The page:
jespah
 
Reply Mon 27 Jul, 2009 06:16 am
I recently came across an article about resume writing.
It said a lot of things I've already seen/heard, although it does put the information together succinctly.

About the only new thing it told me was that I shouldn't go back beyond about 10 - 15 years unless the work is truly relevant. Frankly, that's helpful to me as it nicely glides over a gap in work experience and it does get rid of some truly irrelevant stuff (I adjusted claims for a while, etc., whereas now I work in IT), but I've been summarizing a lot of that already. Seems to me that I may need to summarize more, which is fine and would also give me some room, as currently I am barely within the 2 page limit.

Now, I'm not looking for work or anything, but I do like to keep my resume up to date. What are your tips for resume writing? Have your ideas changed over time? Would you provide different advice depending upon electronic versus paper versions of a resume? Me, I'm in the work force for something like a quarter of a decade. What would you say to me? Or to someone just starting out? Or to someone further along in their career than I am?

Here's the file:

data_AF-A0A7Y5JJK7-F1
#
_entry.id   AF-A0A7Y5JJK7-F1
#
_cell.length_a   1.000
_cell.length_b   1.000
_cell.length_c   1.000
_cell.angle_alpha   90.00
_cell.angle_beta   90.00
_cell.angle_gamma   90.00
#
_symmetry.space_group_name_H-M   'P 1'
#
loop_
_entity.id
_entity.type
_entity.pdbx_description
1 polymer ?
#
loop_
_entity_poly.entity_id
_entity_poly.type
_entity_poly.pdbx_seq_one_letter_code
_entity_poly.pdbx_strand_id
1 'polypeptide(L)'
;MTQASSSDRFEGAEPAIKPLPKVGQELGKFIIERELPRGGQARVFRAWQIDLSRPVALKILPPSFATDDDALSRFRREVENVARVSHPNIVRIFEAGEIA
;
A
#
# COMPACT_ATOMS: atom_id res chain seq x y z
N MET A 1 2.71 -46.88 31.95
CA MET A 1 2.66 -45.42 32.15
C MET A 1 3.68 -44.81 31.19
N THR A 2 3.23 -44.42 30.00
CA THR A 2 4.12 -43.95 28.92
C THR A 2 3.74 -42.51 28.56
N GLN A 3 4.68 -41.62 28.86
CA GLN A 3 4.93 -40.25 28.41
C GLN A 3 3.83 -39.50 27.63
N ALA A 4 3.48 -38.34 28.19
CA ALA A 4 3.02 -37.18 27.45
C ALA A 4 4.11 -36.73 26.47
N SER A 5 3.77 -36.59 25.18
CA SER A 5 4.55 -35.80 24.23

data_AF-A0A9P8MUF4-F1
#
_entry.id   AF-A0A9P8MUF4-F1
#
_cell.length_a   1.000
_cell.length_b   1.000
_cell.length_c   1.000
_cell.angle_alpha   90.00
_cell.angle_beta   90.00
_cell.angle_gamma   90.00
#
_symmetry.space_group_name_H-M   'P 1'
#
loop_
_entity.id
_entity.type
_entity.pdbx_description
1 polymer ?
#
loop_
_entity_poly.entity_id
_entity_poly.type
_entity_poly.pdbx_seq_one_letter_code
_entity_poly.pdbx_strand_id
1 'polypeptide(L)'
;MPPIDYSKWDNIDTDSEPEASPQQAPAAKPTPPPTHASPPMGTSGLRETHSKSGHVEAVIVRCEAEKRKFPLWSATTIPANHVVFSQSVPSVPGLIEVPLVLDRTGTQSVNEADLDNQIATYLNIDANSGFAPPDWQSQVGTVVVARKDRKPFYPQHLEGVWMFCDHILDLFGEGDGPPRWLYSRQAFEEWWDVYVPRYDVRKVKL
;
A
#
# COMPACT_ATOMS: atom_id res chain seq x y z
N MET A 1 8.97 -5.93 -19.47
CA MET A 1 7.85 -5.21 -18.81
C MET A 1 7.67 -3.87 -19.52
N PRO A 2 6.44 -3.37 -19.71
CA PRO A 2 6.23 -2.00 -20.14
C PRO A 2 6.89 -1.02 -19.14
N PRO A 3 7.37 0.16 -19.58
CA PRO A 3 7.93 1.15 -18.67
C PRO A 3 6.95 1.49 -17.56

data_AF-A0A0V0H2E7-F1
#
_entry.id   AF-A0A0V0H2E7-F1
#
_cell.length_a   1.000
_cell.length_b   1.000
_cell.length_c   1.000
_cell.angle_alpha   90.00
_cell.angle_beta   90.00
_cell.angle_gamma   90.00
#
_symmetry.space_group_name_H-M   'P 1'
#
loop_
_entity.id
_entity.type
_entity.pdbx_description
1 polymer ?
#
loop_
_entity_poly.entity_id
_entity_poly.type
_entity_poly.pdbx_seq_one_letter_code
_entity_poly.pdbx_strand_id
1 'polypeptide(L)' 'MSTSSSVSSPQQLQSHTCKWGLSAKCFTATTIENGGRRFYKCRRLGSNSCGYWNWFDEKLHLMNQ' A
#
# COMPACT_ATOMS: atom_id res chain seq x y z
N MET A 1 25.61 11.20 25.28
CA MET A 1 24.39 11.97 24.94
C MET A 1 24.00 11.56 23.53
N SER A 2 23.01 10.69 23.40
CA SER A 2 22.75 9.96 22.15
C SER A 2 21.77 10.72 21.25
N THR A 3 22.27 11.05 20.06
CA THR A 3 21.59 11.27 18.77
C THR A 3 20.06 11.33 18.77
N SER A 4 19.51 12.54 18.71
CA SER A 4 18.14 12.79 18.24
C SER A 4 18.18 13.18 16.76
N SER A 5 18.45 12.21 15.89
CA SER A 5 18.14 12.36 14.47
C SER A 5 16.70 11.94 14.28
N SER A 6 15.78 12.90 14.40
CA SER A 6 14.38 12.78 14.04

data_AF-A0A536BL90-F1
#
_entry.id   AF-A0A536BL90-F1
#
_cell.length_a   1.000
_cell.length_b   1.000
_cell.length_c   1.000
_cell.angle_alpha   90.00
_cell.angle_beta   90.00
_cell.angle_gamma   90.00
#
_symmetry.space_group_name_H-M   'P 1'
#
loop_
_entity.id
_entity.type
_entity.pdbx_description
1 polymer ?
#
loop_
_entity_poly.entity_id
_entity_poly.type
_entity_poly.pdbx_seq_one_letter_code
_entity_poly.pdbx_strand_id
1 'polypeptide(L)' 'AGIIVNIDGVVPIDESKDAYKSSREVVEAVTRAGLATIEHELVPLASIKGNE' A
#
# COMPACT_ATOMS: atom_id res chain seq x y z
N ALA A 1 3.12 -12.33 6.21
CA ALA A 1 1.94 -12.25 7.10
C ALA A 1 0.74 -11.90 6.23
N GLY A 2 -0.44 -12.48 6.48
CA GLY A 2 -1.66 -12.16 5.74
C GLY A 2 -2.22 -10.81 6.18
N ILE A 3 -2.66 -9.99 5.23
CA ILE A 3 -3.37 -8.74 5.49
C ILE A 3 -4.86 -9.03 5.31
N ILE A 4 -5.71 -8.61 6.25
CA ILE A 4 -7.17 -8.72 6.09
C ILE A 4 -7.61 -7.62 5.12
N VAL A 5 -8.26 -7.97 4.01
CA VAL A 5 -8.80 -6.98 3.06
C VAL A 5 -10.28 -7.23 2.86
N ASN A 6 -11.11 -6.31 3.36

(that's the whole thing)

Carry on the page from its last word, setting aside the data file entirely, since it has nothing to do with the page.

What works for you?
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sullyfish6
 
  1  
Reply Mon 27 Jul, 2009 06:56 am
I think it depends on your age.

Claims adjuster means attention to detail and organization skills and good writing skills.

One thing about having an lot of experience and considering the economy, I'd write the resume to fit the needs of the job.
0 Replies
 
DrewDad
 
  1  
Reply Mon 27 Jul, 2009 07:35 am
@jespah,
Right out of school, I had mine done by a professional resume writing service; they made tremendous improvements.

One thing they did was make the whole thing more dynamic by making each bullet point an action:

Designed and implemented a new networking topology

Then, they made sure to include how it affected the company:

Designed and implemented a new networking topology, which improved reliability and increased productivity.
0 Replies
 
CalamityJane
 
  2  
Reply Mon 27 Jul, 2009 09:40 am
I read a lot of resumes, and what I am looking for is basically the "no frills"
facts. Meaning: don't elaborate on a 10-finger-keyboard knowledge and other
tasks that are a basic expectation. I don't like to see frequent job changes
of less than 2 years and I don't care for personal references that include Aunt Dottie.